Sabbatical

This blog has been a bit of a desert for the last few years while I’ve been studying for my masters in music therapy. Thanks for staying with me, if you’re still reading! Whilst I’ve been keeping a reflective journal for the two years of study, it’s not been constructed in any way that’s appropriate to publish here, and the learning has been overwhelming –  maybe over time I’ll begin to share more of that, as the dust settles. tree in burial ground

The last 5 or so years have been a rich time of developing new skills, creating work, building local demand for music as a health intervention, giving time and attention to people’s journey through music, and latterly passing the work on to other practitioners, as well as completing a full time, two-year masters in music therapy. Busy busy busy. I am now living in the US on sabbatical for a year, and this gives me an opportunity to focus on learning, on strengthening and healing myself, imagining future work, and with no pressure to build a client group or pay the bills* (at any rate, with the US government shut-down my work permit application is in limbo). After an initial wobble believing I was in some kind of wilderness because I didn’t have a plan, I’ve arrived at a sense of openness at the possibilities this time and place might hold.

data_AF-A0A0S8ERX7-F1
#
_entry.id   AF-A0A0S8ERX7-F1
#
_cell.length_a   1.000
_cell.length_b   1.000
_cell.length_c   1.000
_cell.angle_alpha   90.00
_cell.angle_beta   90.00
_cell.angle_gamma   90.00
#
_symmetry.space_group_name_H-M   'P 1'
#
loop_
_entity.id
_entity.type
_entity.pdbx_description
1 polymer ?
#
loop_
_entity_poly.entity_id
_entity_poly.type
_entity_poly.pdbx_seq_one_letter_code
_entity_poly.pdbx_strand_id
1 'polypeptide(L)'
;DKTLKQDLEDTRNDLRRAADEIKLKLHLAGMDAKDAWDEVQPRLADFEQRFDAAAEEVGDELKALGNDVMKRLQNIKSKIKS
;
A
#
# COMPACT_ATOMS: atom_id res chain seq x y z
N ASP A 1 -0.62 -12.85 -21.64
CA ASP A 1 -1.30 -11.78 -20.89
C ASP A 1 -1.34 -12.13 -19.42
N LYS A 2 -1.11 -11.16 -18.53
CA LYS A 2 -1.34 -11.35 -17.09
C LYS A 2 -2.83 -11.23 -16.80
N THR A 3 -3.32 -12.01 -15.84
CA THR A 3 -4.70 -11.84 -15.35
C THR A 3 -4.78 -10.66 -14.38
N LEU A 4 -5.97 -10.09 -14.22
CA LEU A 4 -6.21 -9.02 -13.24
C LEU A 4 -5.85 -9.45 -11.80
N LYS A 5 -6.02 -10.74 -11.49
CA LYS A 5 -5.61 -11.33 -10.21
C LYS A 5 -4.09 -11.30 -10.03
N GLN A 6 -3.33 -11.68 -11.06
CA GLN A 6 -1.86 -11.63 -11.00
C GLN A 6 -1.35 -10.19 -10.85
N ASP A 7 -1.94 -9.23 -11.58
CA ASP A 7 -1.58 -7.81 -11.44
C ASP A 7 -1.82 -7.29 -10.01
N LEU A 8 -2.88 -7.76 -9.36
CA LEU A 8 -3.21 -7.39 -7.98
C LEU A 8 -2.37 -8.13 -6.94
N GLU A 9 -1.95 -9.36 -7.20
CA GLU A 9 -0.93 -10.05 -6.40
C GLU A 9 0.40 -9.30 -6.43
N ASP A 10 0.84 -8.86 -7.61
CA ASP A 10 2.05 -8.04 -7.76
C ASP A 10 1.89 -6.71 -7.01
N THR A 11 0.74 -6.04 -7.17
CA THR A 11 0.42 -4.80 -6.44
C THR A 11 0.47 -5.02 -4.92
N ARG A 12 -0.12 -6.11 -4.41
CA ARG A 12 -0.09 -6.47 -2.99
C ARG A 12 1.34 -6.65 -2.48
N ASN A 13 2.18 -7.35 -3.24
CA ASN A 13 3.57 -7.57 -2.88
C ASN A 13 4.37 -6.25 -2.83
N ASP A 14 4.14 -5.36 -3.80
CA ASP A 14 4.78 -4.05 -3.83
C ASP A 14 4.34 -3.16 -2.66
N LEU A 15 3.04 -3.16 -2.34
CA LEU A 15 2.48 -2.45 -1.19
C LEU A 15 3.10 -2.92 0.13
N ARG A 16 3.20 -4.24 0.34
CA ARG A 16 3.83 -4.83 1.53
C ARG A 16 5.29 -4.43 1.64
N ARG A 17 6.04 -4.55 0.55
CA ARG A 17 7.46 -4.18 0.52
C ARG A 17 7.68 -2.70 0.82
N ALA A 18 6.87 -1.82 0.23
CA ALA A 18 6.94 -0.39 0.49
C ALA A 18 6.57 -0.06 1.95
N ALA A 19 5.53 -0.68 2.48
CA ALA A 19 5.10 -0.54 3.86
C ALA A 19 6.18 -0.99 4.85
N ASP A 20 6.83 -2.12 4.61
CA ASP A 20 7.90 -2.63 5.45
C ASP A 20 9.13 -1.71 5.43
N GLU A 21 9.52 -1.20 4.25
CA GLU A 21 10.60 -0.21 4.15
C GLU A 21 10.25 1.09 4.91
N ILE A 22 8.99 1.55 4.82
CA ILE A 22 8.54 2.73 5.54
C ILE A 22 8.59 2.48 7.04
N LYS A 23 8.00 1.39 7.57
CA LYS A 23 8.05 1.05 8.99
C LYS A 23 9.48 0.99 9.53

I’ve always assumed the word sabbatical meant to rest, like the sabbath day – and wikipedia** has this to say about it:

Sabbatical or a sabbatical (from Latin sabbaticus, from Greek sabbatikos, from Hebrew shabbat, i.e., Sabbath, literally a “ceasing”) is a rest from work, or a break, often lasting from two months to a year. The concept of sabbatical has a source in shmita, described several places in the Bible (Leviticus 25, for example, where there is a commandment to desist from working the fields in the seventh year). In the strict sense, therefore, a sabbatical lasts a year.”

I like these balancing rules in the old testament – a bit like the jubilee rules of redistribution of wealth. I remember hearing someone say that the sabbath is a day when you stop, even if not everything is finished. This is helpful: of course I’ve not finished what I want to do, or even what needs to be done. On finishing my masters training, we had an exit interview of sorts, in which my supervisor told me to go and do lots and lots of work. I look forward to the time when I will do lots and lots of music therapy – but right now, I’m on sabbatical, even though I’m not done yet.

*a condition of our visas is that we don’t need to earn money here in the US to support ourselves while we are here – I can only apply for a work permit if I don’t need the money *mind boggles*

**Is there anything wikipedia does not know? http://en.wikipedia.org/wiki/Sabbatical accessed 7th October 2013

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